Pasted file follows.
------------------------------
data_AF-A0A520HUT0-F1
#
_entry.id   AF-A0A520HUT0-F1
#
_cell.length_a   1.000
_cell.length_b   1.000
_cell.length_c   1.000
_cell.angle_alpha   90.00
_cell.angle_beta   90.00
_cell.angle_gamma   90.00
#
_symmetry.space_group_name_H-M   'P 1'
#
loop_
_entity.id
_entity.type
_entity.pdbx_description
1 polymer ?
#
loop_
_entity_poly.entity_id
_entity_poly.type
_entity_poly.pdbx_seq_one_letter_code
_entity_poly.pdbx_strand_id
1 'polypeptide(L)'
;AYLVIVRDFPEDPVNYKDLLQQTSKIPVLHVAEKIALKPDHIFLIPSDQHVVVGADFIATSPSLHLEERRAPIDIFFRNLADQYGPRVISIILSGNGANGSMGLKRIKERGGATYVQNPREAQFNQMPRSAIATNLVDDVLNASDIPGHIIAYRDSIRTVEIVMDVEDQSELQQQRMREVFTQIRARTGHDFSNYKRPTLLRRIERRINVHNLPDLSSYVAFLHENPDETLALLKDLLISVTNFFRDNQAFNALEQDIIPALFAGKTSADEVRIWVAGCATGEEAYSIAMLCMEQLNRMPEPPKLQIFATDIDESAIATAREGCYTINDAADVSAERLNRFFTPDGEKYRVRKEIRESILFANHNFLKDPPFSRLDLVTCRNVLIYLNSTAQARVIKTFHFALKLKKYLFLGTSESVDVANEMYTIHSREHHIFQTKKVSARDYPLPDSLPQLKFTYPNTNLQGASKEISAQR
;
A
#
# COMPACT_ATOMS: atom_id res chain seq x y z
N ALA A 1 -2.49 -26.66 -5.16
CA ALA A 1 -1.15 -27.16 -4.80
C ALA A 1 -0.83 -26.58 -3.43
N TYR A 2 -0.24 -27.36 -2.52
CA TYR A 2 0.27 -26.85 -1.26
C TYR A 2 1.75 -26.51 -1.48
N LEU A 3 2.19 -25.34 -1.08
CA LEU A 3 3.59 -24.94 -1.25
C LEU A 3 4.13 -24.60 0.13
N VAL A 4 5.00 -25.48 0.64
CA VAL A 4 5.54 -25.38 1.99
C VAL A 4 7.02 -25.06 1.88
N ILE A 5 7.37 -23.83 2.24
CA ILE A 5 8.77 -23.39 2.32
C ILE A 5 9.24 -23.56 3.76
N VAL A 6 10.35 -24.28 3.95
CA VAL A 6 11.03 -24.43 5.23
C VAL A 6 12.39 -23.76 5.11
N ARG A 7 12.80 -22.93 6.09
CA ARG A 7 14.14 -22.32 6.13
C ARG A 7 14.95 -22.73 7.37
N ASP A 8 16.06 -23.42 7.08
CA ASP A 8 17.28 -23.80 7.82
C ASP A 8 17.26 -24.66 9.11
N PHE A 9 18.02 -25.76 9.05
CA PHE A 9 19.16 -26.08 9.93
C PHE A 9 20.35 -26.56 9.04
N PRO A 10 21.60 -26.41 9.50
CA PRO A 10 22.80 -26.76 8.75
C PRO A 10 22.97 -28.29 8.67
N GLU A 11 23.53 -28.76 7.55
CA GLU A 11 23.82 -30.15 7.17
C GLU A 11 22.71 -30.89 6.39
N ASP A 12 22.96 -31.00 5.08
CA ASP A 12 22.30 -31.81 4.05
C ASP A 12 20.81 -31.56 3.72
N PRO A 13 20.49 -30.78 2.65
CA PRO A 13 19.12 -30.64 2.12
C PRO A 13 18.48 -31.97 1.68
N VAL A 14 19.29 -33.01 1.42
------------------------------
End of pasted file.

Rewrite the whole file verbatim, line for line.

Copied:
data_AF-A0A520HUT0-F1
#
_entry.id   AF-A0A520HUT0-F1
#
_cell.length_a   1.000
_cell.length_b   1.000
_cell.length_c   1.000
_cell.angle_alpha   90.00
_cell.angle_beta   90.00
_cell.angle_gamma   90.00
#
_symmetry.space_group_name_H-M   'P 1'
#
loop_
_entity.id
_entity.type
_entity.pdbx_description
1 polymer ?
#
loop_
_entity_poly.entity_id
_entity_poly.type
_entity_poly.pdbx_seq_one_letter_code
_entity_poly.pdbx_strand_id
1 'polypeptide(L)'
;AYLVIVRDFPEDPVNYKDLLQQTSKIPVLHVAEKIALKPDHIFLIPSDQHVVVGADFIATSPSLHLEERRAPIDIFFRNLADQYGPRVISIILSGNGANGSMGLKRIKERGGATYVQNPREAQFNQMPRSAIATNLVDDVLNASDIPGHIIAYRDSIRTVEIVMDVEDQSELQQQRMREVFTQIRARTGHDFSNYKRPTLLRRIERRINVHNLPDLSSYVAFLHENPDETLALLKDLLISVTNFFRDNQAFNALEQDIIPALFAGKTSADEVRIWVAGCATGEEAYSIAMLCMEQLNRMPEPPKLQIFATDIDESAIATAREGCYTINDAADVSAERLNRFFTPDGEKYRVRKEIRESILFANHNFLKDPPFSRLDLVTCRNVLIYLNSTAQARVIKTFHFALKLKKYLFLGTSESVDVANEMYTIHSREHHIFQTKKVSARDYPLPDSLPQLKFTYPNTNLQGASKEISAQR
;
A
#
# COMPACT_ATOMS: atom_id res chain seq x y z
N ALA A 1 -2.49 -26.66 -5.16
CA ALA A 1 -1.15 -27.16 -4.80
C ALA A 1 -0.83 -26.58 -3.43
N TYR A 2 -0.24 -27.36 -2.52
CA TYR A 2 0.27 -26.85 -1.26
C TYR A 2 1.75 -26.51 -1.48
N LEU A 3 2.19 -25.34 -1.08
CA LEU A 3 3.59 -24.94 -1.25
C LEU A 3 4.13 -24.60 0.13
N VAL A 4 5.00 -25.48 0.64
CA VAL A 4 5.54 -25.38 1.99
C VAL A 4 7.02 -25.06 1.88
N ILE A 5 7.37 -23.83 2.24
CA ILE A 5 8.77 -23.39 2.32
C ILE A 5 9.24 -23.56 3.76
N VAL A 6 10.35 -24.28 3.95
CA VAL A 6 11.03 -24.43 5.23
C VAL A 6 12.39 -23.76 5.11
N ARG A 7 12.80 -22.93 6.09
CA ARG A 7 14.14 -22.32 6.13
C ARG A 7 14.95 -22.73 7.37
N ASP A 8 16.06 -23.42 7.08
CA ASP A 8 17.28 -23.80 7.82
C ASP A 8 17.26 -24.66 9.11
N PHE A 9 18.02 -25.76 9.05
CA PHE A 9 19.16 -26.08 9.93
C PHE A 9 20.35 -26.56 9.04
N PRO A 10 21.60 -26.41 9.50
CA PRO A 10 22.80 -26.76 8.75
C PRO A 10 22.97 -28.29 8.67
N GLU A 11 23.53 -28.76 7.55
CA GLU A 11 23.82 -30.15 7.17
C GLU A 11 22.71 -30.89 6.39
N ASP A 12 22.96 -31.00 5.08
CA ASP A 12 22.30 -31.81 4.05
C ASP A 12 20.81 -31.56 3.72
N PRO A 13 20.49 -30.78 2.65
CA PRO A 13 19.12 -30.64 2.12
C PRO A 13 18.48 -31.97 1.68
N VAL A 14 19.29 -33.01 1.42